Kansas City, Mo. A federal judge refused Friday to bar Missouri from enforcing limits on protests at military funerals while a Kansas church pursues a constitutional challenge to the state law.
Missouri legislators passed the law last year in response to pickets of soldiers' funerals by members of Westboro Baptist Church. The Topeka church claims God allows soldiers to be killed as punishment on the nation for tolerating homosexuality.
Church member Shirley Phelps-Roper filed suit in July, seeking to have the statute declared an unconstitutional infringement on her First Amendment right of free speech. She also sought preliminary and permanent injunctions barring Attorney General Jay Nixon and Gov. Matt Blunt from enforcing the law.
U.S. District Judge Fernando Gaitan, in an order issued Friday, said Phelps-Roper had failed to satisfy the legal test for imposing a temporary ban on the anti-protest law.
The test, Gaitan said, includes a showing that Phelps-Roper has a strong probability of winning the overall lawsuit and that she would be irreparably harmed if the protest ban continues to be enforced.
Without ruling on Phelps-Roper's free speech claims, Gaitan said the state had raised strong arguments in defense of the law that can be further developed at a trial.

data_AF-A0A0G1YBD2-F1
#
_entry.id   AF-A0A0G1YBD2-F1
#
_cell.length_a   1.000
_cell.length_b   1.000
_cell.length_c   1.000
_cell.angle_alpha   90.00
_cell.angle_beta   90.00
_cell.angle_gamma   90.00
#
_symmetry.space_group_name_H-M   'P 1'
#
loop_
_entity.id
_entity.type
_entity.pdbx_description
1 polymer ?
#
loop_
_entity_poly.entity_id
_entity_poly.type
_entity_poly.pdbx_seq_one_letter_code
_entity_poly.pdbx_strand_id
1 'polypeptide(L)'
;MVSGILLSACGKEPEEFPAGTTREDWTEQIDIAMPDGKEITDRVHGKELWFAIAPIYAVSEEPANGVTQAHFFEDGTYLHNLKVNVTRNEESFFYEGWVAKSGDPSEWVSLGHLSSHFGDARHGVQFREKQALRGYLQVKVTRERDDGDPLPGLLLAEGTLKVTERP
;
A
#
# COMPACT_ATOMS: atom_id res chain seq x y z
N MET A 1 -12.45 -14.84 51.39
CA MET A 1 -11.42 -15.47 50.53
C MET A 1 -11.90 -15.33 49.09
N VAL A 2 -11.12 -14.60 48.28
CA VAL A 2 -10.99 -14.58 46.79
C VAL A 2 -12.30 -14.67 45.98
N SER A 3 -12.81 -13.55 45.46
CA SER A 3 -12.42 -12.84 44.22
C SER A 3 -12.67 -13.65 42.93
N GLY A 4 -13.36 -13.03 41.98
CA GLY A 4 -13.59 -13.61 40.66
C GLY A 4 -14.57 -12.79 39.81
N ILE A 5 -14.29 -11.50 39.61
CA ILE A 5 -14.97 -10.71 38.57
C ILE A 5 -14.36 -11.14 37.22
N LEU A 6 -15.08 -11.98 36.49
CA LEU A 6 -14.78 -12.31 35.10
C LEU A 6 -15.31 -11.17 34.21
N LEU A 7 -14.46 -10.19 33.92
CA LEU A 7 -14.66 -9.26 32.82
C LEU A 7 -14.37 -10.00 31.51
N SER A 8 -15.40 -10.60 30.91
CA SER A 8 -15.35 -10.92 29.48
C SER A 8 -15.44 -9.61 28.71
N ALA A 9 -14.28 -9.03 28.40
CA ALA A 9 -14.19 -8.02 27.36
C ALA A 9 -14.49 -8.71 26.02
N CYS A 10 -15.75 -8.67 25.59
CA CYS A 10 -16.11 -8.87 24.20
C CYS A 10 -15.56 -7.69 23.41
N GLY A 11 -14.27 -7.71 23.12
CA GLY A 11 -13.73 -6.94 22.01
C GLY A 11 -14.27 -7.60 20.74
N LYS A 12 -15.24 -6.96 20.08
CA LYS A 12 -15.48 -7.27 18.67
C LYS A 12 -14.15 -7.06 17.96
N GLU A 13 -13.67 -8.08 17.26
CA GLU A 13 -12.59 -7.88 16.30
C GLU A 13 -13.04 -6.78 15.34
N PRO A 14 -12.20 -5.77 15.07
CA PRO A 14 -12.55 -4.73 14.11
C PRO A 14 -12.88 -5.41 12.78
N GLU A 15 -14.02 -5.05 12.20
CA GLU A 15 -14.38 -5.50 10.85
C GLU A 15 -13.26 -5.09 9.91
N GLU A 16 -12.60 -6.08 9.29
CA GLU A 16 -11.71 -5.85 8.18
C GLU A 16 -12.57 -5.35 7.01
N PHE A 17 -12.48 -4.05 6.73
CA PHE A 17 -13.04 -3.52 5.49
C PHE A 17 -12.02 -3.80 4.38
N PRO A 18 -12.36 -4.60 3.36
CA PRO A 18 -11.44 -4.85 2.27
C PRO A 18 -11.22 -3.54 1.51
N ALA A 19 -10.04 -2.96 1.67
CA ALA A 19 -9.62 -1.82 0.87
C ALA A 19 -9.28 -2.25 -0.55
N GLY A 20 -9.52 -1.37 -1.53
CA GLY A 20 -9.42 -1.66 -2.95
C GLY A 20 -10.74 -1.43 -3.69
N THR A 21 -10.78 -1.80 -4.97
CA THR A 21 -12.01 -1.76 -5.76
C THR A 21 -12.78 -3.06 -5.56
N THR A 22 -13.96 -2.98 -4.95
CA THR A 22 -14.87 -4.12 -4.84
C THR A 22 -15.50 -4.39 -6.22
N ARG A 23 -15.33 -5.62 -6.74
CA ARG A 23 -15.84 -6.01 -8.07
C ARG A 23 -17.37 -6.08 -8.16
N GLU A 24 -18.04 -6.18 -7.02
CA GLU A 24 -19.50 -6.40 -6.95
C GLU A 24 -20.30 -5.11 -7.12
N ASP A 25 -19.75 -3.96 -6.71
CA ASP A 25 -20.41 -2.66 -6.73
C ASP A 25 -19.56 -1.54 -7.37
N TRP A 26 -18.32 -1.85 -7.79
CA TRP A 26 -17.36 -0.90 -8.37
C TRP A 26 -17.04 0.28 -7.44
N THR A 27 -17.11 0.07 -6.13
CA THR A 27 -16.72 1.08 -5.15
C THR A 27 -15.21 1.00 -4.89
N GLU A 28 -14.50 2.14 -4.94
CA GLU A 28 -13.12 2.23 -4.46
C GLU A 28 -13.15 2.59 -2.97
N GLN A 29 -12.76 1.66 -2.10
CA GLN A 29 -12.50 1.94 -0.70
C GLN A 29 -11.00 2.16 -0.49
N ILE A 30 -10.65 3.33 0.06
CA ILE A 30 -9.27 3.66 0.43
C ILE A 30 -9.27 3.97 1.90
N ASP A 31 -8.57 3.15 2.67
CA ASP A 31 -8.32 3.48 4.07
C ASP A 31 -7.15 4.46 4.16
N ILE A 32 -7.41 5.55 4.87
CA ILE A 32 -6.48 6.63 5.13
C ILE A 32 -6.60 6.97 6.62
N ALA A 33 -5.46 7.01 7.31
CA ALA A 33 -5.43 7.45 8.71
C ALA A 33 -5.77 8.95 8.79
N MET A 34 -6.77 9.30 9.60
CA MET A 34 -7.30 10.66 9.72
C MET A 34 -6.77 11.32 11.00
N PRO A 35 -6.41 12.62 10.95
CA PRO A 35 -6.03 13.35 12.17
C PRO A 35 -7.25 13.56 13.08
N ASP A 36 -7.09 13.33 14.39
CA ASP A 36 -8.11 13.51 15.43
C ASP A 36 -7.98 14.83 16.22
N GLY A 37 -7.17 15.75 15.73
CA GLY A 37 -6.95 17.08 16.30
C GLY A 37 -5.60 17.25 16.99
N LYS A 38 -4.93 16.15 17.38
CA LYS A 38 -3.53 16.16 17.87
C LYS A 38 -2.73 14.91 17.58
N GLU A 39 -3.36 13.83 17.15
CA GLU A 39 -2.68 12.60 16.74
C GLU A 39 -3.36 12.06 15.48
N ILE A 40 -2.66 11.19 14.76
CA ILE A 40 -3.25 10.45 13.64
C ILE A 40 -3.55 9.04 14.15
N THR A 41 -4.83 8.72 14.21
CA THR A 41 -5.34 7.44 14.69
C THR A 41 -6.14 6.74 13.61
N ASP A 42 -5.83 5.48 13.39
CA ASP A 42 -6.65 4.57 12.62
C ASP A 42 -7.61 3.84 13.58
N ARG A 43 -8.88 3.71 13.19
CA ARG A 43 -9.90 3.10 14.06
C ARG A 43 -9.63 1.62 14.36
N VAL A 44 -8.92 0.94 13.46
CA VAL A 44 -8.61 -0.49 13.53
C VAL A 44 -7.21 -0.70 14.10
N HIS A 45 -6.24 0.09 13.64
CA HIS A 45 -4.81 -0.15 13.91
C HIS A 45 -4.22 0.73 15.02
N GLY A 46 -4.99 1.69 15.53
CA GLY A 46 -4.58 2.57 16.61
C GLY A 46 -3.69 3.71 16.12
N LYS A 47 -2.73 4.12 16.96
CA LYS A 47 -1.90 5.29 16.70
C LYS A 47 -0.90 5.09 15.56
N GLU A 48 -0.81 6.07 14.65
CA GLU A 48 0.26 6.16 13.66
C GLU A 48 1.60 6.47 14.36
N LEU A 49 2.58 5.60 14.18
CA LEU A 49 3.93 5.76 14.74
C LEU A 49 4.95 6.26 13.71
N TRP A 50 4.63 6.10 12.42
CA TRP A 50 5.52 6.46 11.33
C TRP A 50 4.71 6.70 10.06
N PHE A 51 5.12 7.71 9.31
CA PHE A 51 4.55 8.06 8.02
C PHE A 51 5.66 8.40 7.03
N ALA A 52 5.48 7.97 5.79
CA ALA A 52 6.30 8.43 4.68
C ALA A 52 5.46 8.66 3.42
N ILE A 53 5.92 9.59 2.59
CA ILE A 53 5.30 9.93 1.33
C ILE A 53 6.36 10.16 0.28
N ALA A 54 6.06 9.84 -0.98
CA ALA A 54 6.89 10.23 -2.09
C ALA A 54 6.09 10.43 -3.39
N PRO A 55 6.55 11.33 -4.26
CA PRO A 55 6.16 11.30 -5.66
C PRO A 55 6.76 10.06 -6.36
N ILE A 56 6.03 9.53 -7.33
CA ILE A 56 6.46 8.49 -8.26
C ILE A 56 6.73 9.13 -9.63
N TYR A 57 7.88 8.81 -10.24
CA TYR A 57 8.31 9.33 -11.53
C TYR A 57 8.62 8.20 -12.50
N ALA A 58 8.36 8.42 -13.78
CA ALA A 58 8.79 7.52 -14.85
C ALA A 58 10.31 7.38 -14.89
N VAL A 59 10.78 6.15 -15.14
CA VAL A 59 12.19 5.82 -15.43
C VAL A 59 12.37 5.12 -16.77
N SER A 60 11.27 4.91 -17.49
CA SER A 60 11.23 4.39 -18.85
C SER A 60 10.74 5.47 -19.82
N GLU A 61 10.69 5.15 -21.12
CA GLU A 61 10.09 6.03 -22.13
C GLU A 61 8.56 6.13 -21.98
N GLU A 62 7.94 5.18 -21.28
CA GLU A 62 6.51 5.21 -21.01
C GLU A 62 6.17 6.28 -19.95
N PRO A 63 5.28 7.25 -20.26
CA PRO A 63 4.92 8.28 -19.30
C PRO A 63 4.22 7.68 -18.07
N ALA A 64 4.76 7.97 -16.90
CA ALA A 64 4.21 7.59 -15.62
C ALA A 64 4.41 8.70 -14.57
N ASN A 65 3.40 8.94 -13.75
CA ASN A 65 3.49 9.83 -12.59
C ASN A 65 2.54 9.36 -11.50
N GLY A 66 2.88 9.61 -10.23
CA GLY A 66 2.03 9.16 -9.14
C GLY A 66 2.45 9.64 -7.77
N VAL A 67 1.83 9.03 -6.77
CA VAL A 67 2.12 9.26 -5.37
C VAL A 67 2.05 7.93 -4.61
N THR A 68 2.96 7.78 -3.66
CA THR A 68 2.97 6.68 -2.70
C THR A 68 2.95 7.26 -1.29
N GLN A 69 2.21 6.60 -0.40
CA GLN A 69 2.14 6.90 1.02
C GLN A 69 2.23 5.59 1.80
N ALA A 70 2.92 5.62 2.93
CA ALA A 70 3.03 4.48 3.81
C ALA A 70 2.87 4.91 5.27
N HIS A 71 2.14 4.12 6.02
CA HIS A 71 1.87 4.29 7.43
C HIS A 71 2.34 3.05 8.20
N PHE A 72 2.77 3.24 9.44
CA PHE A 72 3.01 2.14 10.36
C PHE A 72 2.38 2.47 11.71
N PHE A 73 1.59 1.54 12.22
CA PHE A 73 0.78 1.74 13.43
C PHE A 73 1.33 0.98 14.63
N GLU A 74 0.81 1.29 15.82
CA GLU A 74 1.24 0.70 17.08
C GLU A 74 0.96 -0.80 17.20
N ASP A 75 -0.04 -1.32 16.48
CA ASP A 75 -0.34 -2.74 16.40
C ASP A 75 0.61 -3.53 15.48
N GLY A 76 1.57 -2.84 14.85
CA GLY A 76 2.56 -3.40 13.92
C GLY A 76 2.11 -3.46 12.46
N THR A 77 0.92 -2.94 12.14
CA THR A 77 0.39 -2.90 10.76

He also said that while the law imposes a buffer of time and space between Phelps-Roper and funeral mourners, she has not been completely deprived of public venues for trying to persuade Americans of a connection between soldiers' deaths and homosexuality.
Missouri's law bans picketing and protests "in front of or about" any location where a funeral is held, from an hour before the funeral begins until an hour after it ends.
Several other states and the federal government have adopted similar restrictions, in response to the protests by members of Phelps-Roper's church.
Nixon issued a statement saying he was "gratified that Judge Gaitan has agreed with us that this law can be enforced."